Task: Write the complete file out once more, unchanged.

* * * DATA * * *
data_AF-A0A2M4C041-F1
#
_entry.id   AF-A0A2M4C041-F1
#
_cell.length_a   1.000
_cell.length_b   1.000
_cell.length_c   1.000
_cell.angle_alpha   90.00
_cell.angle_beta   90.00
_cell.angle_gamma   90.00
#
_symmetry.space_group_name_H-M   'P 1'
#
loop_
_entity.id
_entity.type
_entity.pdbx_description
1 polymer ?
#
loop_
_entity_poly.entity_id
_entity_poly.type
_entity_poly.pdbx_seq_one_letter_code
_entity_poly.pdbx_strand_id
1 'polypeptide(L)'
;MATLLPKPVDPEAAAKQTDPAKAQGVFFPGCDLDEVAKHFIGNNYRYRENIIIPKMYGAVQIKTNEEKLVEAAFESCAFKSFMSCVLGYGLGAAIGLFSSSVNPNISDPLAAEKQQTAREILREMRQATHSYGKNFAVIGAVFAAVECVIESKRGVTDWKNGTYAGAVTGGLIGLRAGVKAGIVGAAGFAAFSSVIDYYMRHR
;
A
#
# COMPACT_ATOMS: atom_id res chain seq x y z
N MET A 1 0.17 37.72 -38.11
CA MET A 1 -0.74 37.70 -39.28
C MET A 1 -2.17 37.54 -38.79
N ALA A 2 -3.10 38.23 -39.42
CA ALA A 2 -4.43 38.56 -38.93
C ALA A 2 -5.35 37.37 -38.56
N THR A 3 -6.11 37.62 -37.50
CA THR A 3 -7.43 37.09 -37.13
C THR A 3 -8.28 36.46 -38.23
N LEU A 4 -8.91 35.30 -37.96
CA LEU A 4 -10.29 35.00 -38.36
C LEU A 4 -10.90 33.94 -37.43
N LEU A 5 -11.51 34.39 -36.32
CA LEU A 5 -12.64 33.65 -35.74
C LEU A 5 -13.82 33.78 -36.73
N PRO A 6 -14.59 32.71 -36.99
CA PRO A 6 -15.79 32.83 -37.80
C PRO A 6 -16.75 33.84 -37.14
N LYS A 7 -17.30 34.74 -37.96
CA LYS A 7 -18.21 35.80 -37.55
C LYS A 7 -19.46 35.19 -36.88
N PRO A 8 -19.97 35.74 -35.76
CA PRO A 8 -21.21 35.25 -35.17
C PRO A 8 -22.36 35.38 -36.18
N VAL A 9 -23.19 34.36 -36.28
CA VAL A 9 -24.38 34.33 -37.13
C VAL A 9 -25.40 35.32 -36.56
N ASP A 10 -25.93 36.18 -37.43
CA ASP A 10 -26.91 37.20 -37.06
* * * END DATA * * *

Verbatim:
data_AF-A0A2M4C041-F1
#
_entry.id   AF-A0A2M4C041-F1
#
_cell.length_a   1.000
_cell.length_b   1.000
_cell.length_c   1.000
_cell.angle_alpha   90.00
_cell.angle_beta   90.00
_cell.angle_gamma   90.00
#
_symmetry.space_group_name_H-M   'P 1'
#
loop_
_entity.id
_entity.type
_entity.pdbx_description
1 polymer ?
#
loop_
_entity_poly.entity_id
_entity_poly.type
_entity_poly.pdbx_seq_one_letter_code
_entity_poly.pdbx_strand_id
1 'polypeptide(L)'
;MATLLPKPVDPEAAAKQTDPAKAQGVFFPGCDLDEVAKHFIGNNYRYRENIIIPKMYGAVQIKTNEEKLVEAAFESCAFKSFMSCVLGYGLGAAIGLFSSSVNPNISDPLAAEKQQTAREILREMRQATHSYGKNFAVIGAVFAAVECVIESKRGVTDWKNGTYAGAVTGGLIGLRAGVKAGIVGAAGFAAFSSVIDYYMRHR
;
A
#
# COMPACT_ATOMS: atom_id res chain seq x y z
N MET A 1 0.17 37.72 -38.11
CA MET A 1 -0.74 37.70 -39.28
C MET A 1 -2.17 37.54 -38.79
N ALA A 2 -3.10 38.23 -39.42
CA ALA A 2 -4.43 38.56 -38.93
C ALA A 2 -5.35 37.37 -38.56
N THR A 3 -6.11 37.62 -37.50
CA THR A 3 -7.43 37.09 -37.13
C THR A 3 -8.28 36.46 -38.23
N LEU A 4 -8.91 35.30 -37.96
CA LEU A 4 -10.29 35.00 -38.36
C LEU A 4 -10.90 33.94 -37.43
N LEU A 5 -11.51 34.39 -36.32
CA LEU A 5 -12.64 33.65 -35.74
C LEU A 5 -13.82 33.78 -36.73
N PRO A 6 -14.59 32.71 -36.99
CA PRO A 6 -15.79 32.83 -37.80
C PRO A 6 -16.75 33.84 -37.14
N LYS A 7 -17.30 34.74 -37.96
CA LYS A 7 -18.21 35.80 -37.55
C LYS A 7 -19.46 35.19 -36.88
N PRO A 8 -19.97 35.74 -35.76
CA PRO A 8 -21.21 35.25 -35.17
C PRO A 8 -22.36 35.38 -36.18
N VAL A 9 -23.19 34.36 -36.28
CA VAL A 9 -24.38 34.33 -37.13
C VAL A 9 -25.40 35.32 -36.56
N ASP A 10 -25.93 36.18 -37.43
CA ASP A 10 -26.91 37.20 -37.06